“Regardless of the outcome of these applications, DINZ will be providing ongoing farm performance support programmes for farmers. We’ll be looking for feedback and ideas on these when we meet up with deer farmers on our roadshows next month,” says McKenzie.
“As always our approach is to build on the ideas from farmers, and the more feedback we can get the better.
P2P is jointly funded by the deer industry and the Ministry for Primary Industries.
Fixing emissions factors with DeerPRO
The value of DeerPRO’s national database of processed deer continues to grow beyond just the control of Johne’s Disease. It is a huge resource, today, with information on all five million farmed deer killed since 2006. In a major step four years ago, NAIT agreed to add to it the age of these animals at processing. To make sure the extra information was as robust as possible, a series of assessment and rules were developed as checks and balances.
A perfect opportunity arose recently to put it all to work, DeerPRO manager Solis Norton reports.
”MPI provides estimated greenhouse gas emissions factors for deer and other types of livestock. These factors will play a role in determining industry emissions and the charges that deer farmers will pay for the emissions of their animals,” he explains.
The factors are heavily influenced by liveweight. MPI’s estimate for hinds was 143kg and for stags 172kg.
DINZ used DeerPRO real data to compare with MPI’s modelling figures. Liveweights estimated for almost 280,000 hinds killed in the last two seasons show the vast majority three years or older were estimated at 105-110kg, and younger than this were 95-100kg – at least 25 percent lower than MPI’s figure.
Liveweights for almost 270,000 animals showed MPI were much closer with their stag weights. Most stags three years or older were 150-200kg, and younger ones were typically 100-130kg.
DINZ will use this in further consultation with MPI.
The DeerPRO programme is a good example of how huge amounts of data can be crunched into these facts. The facts that will support farmers and our industry on our path forward.”
NAIT accreditation opens to applicants
The NAIT accreditation programme for service providers such as stock agents, sale yards and processors has been relaunched.
The voluntary programme aims to improve data accuracy in the National Animal Identification and Tracing (NAIT) information system and raise the standard of NAIT account service providers.
To gain NAIT accreditation, applicants will have to undergo a screening process that includes education modules and audit assessments.
The relaunch is welcome news for deer farmers who rely on service providers to manage their NAIT accounts, according to Emil Murphy, DINZ’s science and policy manager.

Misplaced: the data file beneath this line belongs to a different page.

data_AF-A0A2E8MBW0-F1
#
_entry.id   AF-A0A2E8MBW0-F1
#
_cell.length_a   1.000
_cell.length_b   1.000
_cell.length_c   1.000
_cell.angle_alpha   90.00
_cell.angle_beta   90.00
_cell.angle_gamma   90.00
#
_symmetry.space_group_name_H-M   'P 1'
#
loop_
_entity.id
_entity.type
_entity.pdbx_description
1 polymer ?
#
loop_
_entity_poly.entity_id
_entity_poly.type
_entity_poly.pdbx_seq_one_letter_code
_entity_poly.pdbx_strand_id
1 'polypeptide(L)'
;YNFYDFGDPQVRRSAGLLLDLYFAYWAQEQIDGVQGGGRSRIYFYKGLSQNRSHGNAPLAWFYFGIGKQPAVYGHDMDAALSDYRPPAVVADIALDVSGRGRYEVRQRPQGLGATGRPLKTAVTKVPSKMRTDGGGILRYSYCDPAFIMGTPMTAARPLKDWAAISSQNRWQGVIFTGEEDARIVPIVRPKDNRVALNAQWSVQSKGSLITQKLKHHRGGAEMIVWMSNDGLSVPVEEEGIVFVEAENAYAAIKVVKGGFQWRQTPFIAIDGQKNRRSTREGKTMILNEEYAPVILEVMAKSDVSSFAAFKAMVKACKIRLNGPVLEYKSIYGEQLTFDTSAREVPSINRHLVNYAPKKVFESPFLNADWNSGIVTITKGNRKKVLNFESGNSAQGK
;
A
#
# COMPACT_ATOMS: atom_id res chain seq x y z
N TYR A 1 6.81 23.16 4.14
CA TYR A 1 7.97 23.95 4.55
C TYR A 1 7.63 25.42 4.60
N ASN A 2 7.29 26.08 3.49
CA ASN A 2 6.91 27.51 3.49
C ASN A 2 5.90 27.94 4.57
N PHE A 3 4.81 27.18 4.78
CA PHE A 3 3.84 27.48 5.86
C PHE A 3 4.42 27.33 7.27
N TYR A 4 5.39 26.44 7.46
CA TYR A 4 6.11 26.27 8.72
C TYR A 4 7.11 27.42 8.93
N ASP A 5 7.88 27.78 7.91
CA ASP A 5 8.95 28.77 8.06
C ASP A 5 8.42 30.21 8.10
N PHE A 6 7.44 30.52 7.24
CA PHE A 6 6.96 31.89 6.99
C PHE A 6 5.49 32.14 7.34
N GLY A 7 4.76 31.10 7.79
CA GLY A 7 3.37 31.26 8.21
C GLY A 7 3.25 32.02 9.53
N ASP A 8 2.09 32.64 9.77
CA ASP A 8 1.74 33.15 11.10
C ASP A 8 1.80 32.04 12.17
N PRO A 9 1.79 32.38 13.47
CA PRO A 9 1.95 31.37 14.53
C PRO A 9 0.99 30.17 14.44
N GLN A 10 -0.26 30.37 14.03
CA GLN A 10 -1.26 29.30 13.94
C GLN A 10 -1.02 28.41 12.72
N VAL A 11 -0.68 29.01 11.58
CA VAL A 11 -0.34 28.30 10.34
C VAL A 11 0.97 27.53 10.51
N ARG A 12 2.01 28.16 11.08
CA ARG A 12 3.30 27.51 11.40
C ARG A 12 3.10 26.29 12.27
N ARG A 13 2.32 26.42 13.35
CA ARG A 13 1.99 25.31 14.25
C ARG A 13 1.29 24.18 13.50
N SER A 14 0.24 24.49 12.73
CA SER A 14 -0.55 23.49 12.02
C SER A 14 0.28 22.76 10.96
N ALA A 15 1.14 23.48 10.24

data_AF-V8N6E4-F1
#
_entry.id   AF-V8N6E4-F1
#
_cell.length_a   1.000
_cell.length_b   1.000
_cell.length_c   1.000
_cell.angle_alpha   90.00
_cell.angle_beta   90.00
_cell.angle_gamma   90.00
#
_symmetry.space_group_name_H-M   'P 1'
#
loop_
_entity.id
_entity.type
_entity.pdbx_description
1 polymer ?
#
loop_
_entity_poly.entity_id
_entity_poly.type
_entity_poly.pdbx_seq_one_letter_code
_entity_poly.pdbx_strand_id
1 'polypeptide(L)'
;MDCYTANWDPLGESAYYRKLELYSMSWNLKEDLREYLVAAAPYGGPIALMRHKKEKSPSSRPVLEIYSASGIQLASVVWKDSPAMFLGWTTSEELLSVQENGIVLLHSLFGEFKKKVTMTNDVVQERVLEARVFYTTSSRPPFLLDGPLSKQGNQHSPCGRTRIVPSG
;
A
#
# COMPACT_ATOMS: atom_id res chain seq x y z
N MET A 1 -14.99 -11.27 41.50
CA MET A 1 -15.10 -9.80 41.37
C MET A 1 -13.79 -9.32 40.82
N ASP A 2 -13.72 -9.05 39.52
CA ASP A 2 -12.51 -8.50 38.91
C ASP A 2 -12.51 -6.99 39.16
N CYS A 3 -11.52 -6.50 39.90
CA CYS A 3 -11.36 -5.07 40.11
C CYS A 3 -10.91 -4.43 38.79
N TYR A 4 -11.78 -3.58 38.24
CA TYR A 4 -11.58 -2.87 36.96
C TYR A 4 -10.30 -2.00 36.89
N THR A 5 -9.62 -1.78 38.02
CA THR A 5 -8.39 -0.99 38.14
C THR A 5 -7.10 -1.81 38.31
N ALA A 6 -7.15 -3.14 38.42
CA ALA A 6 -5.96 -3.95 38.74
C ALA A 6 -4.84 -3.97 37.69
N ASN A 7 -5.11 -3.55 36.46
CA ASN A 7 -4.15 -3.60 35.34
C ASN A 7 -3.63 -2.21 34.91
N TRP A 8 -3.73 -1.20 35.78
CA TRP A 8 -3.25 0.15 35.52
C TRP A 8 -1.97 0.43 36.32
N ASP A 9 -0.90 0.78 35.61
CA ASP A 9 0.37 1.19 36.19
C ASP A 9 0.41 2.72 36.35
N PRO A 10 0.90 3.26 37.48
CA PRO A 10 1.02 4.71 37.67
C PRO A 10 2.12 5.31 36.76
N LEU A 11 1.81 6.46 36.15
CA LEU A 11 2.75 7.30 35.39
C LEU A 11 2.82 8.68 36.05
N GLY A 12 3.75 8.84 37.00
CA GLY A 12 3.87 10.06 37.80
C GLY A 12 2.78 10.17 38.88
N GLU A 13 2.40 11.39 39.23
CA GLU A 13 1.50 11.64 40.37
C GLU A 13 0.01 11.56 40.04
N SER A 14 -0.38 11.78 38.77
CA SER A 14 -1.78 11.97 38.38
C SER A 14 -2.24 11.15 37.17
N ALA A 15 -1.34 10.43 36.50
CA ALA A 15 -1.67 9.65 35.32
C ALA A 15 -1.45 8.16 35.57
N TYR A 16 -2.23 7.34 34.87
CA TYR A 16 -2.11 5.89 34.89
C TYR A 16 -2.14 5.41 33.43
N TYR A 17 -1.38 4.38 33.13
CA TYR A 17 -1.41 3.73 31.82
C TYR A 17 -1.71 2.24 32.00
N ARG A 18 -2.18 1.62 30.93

“We’re really excited about this because it helps to establish a fantastic foundation for the traceability system, making sure all the parts are doing what they need to. There’s no point requiring farmers to do their job if we don’t make sure that accredited entities are doing theirs,” he says.
The programme relaunch follows a review of the Mycoplasma bovis outbreak which highlighted issues with NAIT livestock data.
Organisations that are NAIT accredited become accountable through increased monitoring, performance checks and regular audits, which should help build farmers’ confidence in those who record their livestock information and movements in NAIT.
OSPRI is now accepting applications from current accredited organisations and interested parties. A list of accredited service providers and information on how to become accredited can be found on OSPRI’s website here.
50 years of deer science – Research into finding lungworm early looking promising
AgResearch scientists are working on a new rapid diagnostic tool to help identify deer infected with lungworm, Dictyocaulis eckerti, one of the most serious parasitic diseases affecting young, farmed deer today. This project is being undertaken by scientists led by Arvind Subbaraj under the co-innovation framework between Deer Industry New Zealand (DINZ) and AgResearch.
Emil Murphy is hopeful that the research to detect lungworm via a saliva sample will eventually lead to a new portable pen-side testing tool that can be used on the farm.
“While a soft cough and drop in growth rates can indicate a deer has lungworm, an accurate diagnosis is not always clear. A more certain and reliable method to detect infection would not only identify which animals need treatment with anthelmintics, but also save money through the judicious use of drenches, plus help delay the onset of parasitic resistance,” he notes.
Arvind Subbaraj’s team of scientists is investigating techniques that analyse deer saliva to detect the unique metabolic signatures of active lungworm. So far, they have identified five potential signatures from saliva, but it’s still not known what chemicals those signatures represent. While this progress is hugely encouraging, trials and further research to identify the chemicals or biomarkers are ongoing.
If the scientists can identify the specific biomarkers, it will provide an opportunity to develop a hand-held biosensor for use in the field or a pen-side, real time diagnostic tool that will be a win-win for New Zealand’s deer farmers.
This is just one of the latest projects carried out by scientists on behalf of the deer industry, which is celebrating 50 years of deer science this year.
New recipient of Korean OMD scholarship
Trainee Oriental Medicine Doctor (OMD), Younghyun Seol received a 2022 OMD Scholarship at Dongguk University from NZ Ambassador His Excellency Philip Turner in Korea last week.
The DINZ OMD scholarship programme, run in conjunction with three leading OMD universities in Korea, presents an opportunity to engage with the Korean OMD community, to overcome historical biases and the perception that Russian velvet is better, explains DINZ market manager Rhys Griffiths.
He reports the vice-dean of the university Professor Seung Ug Hong, who has visited New Zealand as a tourist, and head of the OMD department Professor Ho Jun Kim both felt the perception of New Zealand velvet has improved greatly in the OMD sector.
“In the short term, however, they don’t think that the perception of Russian deer velvet is changing due to the situation in Ukraine, but there might be some impact if the situation is prolonged.”
2022 Big Deer Tour
DINZ hosted the 2022 Big Deer Tour from 19-22 April, when eight university students headed off for a tour of the industry.